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Indian, Mexican shrimp broodstock JV kicks off first sales

Indian farmers are calling for a full ban on imports of Mexican genetics.

India’s first private vannamei broodstock producer will start deliveries to the domestic market within the next month, Ashok Nanjapa, director at BMR Blue Genetics, told IntraFish.

The BMR Broodstock Multiplication Centre, a joint venture between Mexican genetics company Blue Genetics and Indian vertically integrated shrimp farmer BMR, was officially commissioned in March. The facility has capacity to produce between 80,000 and 90,000 broodstock per year.

At the moment, it is the only fully private center of its kind, but there is another broodstock producing facility co-owned by the government.

According to Nanjapa, the benefits of having a local supply of broodstock will go beyond economic advantages.

“Currently, Indian hatcheries import broodstock from abroad, but with our supply, they can get the animals locally, reducing the stress that the shrimp suffers when being imported,” Nanjara said.

“This will save them a lot of trouble, they should be able to buy any quantities they want, not having to rely on import licenses, availability, or space for quarantine, there are many productivity advantages to this.”

BMR, which was the first company to carry out vannamei farming testing in the country to introduce the Latin American species and see the viability of the industry, got permission to set up the joint venture for the broodstock multiplication center in 2015.

“The government of India asked for interest from companies wanting to set up a multiplication center, on the conditions that the applicants had an understanding of the industry, and a partnership with a reputed breeding center in another country,” Nanjapa said.

The company then partnered with Mexican Blue Genetics under an equity agreement over the multiplication center.

BMR imports last-generation post-larvae from the Mexican operation, and grows it to sell it as broodstock to hatcheries in India.

Local opposition

The Prawn Farmers Federation of India (PFI) is requesting the country’s Ministry of Animal Husbandry, Dairying and Fisheries to crack down on shrimp broodstock imports from Mexico, citing a potential risk of the introduction of Early Mortality Syndrome (EMS).

According to the PFI, EMS is present in Mexico although the country has not declared the presence of the virus, a disease that took a heavy toll on the shrimp farming sector in Thailand in particular.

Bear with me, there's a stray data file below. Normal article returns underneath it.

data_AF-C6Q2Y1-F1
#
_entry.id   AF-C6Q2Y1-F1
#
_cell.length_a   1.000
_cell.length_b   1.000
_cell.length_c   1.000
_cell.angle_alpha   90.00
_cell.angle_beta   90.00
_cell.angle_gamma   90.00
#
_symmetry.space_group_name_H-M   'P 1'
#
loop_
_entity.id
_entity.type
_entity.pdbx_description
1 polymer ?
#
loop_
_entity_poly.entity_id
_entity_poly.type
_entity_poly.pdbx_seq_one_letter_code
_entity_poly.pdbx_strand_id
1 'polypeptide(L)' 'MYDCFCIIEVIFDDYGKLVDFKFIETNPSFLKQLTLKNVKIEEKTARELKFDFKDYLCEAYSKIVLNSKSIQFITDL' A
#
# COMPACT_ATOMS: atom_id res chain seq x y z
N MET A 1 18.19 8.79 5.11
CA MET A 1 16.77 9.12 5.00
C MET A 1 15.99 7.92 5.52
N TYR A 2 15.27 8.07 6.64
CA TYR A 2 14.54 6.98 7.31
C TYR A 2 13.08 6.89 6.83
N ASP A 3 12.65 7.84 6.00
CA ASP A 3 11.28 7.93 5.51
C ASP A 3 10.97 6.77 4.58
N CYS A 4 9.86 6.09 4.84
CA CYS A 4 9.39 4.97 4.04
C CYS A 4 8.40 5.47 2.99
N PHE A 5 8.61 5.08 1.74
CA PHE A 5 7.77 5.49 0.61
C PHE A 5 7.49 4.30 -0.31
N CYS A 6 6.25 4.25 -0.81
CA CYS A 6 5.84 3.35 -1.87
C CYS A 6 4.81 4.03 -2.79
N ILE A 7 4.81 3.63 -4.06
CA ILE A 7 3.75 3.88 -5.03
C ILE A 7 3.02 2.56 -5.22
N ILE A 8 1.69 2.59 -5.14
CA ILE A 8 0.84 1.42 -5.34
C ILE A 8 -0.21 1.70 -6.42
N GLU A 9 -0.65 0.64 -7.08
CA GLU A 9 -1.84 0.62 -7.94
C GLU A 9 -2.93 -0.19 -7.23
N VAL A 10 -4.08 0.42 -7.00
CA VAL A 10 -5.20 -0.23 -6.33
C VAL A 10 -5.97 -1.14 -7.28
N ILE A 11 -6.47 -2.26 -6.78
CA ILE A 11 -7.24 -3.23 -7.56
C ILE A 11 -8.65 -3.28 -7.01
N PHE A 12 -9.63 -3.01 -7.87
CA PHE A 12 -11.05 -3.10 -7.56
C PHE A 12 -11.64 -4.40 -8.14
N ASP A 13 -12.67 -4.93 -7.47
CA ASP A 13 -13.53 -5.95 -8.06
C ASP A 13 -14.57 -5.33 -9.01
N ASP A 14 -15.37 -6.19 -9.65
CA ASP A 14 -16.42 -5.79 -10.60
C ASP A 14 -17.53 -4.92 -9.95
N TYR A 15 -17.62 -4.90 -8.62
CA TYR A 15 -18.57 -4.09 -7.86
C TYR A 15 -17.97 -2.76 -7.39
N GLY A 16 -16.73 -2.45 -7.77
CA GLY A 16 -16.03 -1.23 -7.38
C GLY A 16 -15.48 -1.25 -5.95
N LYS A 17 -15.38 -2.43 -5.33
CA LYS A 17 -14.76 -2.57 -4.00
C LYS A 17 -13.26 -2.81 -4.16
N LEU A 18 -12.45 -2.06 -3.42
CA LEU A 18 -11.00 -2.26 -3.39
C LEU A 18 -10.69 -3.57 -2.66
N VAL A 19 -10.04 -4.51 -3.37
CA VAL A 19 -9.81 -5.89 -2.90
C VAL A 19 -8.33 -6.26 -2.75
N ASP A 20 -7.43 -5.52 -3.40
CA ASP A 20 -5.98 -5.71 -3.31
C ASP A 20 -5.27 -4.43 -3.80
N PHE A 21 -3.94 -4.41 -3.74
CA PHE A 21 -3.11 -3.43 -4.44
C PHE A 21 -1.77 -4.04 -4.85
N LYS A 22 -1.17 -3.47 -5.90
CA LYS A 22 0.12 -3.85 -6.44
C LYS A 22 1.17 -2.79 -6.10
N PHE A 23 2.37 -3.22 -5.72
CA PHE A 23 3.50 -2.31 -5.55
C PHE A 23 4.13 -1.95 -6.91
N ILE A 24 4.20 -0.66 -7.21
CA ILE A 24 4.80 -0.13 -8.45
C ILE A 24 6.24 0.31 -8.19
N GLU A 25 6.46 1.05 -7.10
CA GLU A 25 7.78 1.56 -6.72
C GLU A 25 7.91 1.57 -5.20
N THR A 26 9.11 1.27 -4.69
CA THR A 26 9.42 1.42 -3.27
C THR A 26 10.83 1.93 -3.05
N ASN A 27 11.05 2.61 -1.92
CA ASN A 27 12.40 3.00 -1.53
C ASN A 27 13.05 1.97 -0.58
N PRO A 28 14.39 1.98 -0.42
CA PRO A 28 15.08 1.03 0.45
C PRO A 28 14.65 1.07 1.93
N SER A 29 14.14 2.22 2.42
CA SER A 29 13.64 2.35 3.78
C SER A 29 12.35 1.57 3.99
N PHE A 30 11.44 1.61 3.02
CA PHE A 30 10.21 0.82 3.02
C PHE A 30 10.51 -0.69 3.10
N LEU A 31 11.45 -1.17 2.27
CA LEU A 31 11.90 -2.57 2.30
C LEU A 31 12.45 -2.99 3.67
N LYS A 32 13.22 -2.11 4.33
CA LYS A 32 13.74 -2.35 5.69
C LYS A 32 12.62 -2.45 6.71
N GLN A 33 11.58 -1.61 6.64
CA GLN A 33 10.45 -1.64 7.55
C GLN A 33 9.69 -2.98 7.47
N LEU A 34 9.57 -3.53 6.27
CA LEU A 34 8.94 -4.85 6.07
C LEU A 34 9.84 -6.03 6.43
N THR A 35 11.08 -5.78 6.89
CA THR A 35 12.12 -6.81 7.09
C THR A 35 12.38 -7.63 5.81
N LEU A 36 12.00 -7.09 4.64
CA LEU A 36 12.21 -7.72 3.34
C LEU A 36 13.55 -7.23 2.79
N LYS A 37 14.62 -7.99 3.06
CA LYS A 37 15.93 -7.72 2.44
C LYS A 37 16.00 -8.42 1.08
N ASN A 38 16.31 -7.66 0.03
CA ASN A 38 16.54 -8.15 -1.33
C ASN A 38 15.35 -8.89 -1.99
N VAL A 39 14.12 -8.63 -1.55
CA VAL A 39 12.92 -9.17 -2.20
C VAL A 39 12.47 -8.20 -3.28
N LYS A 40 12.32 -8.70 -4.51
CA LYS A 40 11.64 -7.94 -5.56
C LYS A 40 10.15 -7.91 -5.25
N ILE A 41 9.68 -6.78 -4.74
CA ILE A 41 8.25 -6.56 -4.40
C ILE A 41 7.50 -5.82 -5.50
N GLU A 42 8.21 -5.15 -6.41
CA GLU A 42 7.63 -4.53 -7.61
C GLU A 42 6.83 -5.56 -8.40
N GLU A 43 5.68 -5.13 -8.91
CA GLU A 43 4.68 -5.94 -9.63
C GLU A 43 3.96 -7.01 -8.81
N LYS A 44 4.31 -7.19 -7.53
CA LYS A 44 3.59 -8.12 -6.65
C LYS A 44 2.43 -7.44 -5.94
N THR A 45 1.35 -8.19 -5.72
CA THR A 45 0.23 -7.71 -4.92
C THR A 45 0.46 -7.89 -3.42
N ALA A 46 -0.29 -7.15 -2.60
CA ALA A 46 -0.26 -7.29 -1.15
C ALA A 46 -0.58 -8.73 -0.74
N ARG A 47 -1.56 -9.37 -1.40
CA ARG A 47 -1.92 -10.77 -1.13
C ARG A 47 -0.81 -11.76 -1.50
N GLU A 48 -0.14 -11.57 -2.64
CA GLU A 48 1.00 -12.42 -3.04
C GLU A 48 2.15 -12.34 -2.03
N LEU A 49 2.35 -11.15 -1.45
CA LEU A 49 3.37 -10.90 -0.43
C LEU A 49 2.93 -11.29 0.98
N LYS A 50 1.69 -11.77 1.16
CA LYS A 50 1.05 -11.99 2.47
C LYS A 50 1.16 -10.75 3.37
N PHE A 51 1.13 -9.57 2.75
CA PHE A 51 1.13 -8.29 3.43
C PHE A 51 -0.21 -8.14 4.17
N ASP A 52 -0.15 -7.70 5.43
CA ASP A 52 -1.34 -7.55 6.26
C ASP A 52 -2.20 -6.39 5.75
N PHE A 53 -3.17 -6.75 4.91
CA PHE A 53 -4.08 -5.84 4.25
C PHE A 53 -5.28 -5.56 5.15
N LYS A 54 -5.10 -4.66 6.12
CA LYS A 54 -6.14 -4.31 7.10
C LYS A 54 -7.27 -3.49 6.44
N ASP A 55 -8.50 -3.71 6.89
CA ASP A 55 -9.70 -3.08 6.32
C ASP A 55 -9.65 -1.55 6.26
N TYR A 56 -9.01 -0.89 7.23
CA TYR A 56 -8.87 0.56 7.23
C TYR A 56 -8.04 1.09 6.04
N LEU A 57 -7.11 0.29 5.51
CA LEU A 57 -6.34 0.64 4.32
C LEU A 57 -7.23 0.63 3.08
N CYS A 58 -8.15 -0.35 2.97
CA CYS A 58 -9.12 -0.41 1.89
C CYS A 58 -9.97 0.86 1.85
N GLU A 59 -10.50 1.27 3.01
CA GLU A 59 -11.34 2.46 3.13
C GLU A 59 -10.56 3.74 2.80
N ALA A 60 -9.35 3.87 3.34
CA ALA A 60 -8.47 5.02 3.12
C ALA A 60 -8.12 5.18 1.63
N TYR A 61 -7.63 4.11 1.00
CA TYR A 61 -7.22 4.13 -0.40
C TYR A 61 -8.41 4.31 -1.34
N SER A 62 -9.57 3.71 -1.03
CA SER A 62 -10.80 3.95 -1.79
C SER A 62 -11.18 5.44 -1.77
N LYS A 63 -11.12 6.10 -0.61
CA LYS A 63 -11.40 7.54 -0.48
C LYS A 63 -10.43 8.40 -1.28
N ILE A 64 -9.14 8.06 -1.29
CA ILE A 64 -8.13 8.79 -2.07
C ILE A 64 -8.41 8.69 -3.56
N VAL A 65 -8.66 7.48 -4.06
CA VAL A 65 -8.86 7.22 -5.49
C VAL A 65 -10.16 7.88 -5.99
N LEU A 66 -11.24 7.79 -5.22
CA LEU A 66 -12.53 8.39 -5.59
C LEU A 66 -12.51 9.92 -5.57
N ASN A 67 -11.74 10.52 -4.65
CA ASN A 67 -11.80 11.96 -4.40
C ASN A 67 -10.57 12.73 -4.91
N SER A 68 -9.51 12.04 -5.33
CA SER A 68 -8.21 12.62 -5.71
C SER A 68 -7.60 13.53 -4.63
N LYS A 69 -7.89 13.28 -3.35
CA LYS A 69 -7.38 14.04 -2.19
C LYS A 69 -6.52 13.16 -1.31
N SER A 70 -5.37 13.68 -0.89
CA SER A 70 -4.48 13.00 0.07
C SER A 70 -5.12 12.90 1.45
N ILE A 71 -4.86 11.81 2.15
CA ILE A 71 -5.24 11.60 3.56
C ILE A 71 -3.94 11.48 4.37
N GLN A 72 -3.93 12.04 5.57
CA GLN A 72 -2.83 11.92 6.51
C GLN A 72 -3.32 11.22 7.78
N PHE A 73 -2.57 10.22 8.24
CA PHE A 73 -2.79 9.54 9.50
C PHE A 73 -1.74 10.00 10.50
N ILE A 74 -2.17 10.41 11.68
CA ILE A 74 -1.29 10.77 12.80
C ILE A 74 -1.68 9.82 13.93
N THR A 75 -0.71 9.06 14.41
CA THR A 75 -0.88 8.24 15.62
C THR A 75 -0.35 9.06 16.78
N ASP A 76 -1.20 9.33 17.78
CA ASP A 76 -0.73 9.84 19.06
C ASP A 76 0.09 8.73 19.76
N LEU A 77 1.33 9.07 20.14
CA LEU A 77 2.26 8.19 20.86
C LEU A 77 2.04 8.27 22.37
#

“EMS is very much there in Mexico, but it has not been officially reported by the Mexican government quite obviously to safeguard its aquaculture industry” Balasubramaniam V, general secretary of the PFI, told IntraFish.

According to the Animal World Health Organization (OIE) register, EMS is not present in Mexico, and hasn’t been since it first began recording the disease in 2016.

A spokesperson for the OIE also told IntraFish there are no records of the disease in Mexico.

However, an official document issued by the OIE in 2018 states that there was an outbreak of EMS in the country in 2013.

This document has been slammed by the Mexican government, which submitted a request seen by IntraFish in which it asks the OIE to rectify the statement based on the fact that Mexico had not reported such outbreak, a compulsory step needed for the OIE to list a disease.

“The Mexican Health Authorities, the country’s official delegates to OIE, indicated that EMS has never been reported in their country and requested OIE to respect the official position of Mexican Health authorities,” BMR Blue Genetics Nanjapa told IntraFish.

At the moment, all broodstock coming from Mexico and other countries into India are put into a five-day quarantine period and tested for OIE known pathogens at the government’s Aquatic Quarantine center in Chennai.

In addition, post-larvae imports go through a quarantine period of 15 days, where they are kept under observation and tested against OIE listed pathogens, including EMS, before being allowed entry.

However, the PFI is strongly lobbying for the crackdown of these imports, claiming the risk is too high and could lead to massive losses of stock.

“Trans-border live animal shipment is and has been a major source of disease transmission through the history of shrimp aquaculture,” Balasubramaniam said.

"The concern is that by bringing genetics from a country where there is EMS, we are putting the entire industry inadvertently at risk," he said.

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